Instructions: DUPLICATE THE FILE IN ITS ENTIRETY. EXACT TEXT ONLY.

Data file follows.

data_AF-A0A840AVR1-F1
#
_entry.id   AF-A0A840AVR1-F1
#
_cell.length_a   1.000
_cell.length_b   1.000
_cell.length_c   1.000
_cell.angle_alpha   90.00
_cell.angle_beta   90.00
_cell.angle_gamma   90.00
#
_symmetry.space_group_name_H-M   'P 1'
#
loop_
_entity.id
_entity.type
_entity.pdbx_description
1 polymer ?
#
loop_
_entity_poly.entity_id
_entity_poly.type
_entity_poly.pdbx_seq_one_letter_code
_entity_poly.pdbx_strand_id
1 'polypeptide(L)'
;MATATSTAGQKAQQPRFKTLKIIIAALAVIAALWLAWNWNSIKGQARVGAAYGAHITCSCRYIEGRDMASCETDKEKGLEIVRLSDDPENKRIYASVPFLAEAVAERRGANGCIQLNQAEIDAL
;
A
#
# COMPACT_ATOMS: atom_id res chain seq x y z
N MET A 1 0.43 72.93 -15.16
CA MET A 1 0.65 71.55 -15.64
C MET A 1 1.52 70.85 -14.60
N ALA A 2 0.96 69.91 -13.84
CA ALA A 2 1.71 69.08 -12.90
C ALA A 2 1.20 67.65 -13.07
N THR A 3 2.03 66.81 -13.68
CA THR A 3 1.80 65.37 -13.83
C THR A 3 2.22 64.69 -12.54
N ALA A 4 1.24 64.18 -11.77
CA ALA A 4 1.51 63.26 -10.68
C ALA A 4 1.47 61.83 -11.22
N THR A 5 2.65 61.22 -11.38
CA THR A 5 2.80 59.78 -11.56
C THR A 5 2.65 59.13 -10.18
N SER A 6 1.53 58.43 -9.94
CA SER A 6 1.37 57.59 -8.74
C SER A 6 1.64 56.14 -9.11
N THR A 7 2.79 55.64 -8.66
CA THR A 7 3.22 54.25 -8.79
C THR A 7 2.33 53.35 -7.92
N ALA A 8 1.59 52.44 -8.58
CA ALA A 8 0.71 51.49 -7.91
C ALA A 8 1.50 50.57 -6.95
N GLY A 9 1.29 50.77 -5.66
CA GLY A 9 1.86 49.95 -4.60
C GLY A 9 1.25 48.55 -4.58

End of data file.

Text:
data_AF-A0A840AVR1-F1
#
_entry.id   AF-A0A840AVR1-F1
#
_cell.length_a   1.000
_cell.length_b   1.000
_cell.length_c   1.000
_cell.angle_alpha   90.00
_cell.angle_beta   90.00
_cell.angle_gamma   90.00
#
_symmetry.space_group_name_H-M   'P 1'
#
loop_
_entity.id
_entity.type
_entity.pdbx_description
1 polymer ?
#
loop_
_entity_poly.entity_id
_entity_poly.type
_entity_poly.pdbx_seq_one_letter_code
_entity_poly.pdbx_strand_id
1 'polypeptide(L)'
;MATATSTAGQKAQQPRFKTLKIIIAALAVIAALWLAWNWNSIKGQARVGAAYGAHITCSCRYIEGRDMASCETDKEKGLEIVRLSDDPENKRIYASVPFLAEAVAERRGANGCIQLNQAEIDAL
;
A
#
# COMPACT_ATOMS: atom_id res chain seq x y z
N MET A 1 0.43 72.93 -15.16
CA MET A 1 0.65 71.55 -15.64
C MET A 1 1.52 70.85 -14.60
N ALA A 2 0.96 69.91 -13.84
CA ALA A 2 1.71 69.08 -12.90
C ALA A 2 1.20 67.65 -13.07
N THR A 3 2.03 66.81 -13.68
CA THR A 3 1.80 65.37 -13.83
C THR A 3 2.22 64.69 -12.54
N ALA A 4 1.24 64.18 -11.77
CA ALA A 4 1.51 63.26 -10.68
C ALA A 4 1.47 61.83 -11.22
N THR A 5 2.65 61.22 -11.38
CA THR A 5 2.80 59.78 -11.56
C THR A 5 2.65 59.13 -10.18
N SER A 6 1.53 58.43 -9.94
CA SER A 6 1.37 57.59 -8.74
C SER A 6 1.64 56.14 -9.11
N THR A 7 2.79 55.64 -8.66
CA THR A 7 3.22 54.25 -8.79
C THR A 7 2.33 53.35 -7.92
N ALA A 8 1.59 52.44 -8.58
CA ALA A 8 0.71 51.49 -7.91
C ALA A 8 1.50 50.57 -6.95
N GLY A 9 1.29 50.77 -5.66
CA GLY A 9 1.86 49.95 -4.60
C GLY A 9 1.25 48.55 -4.58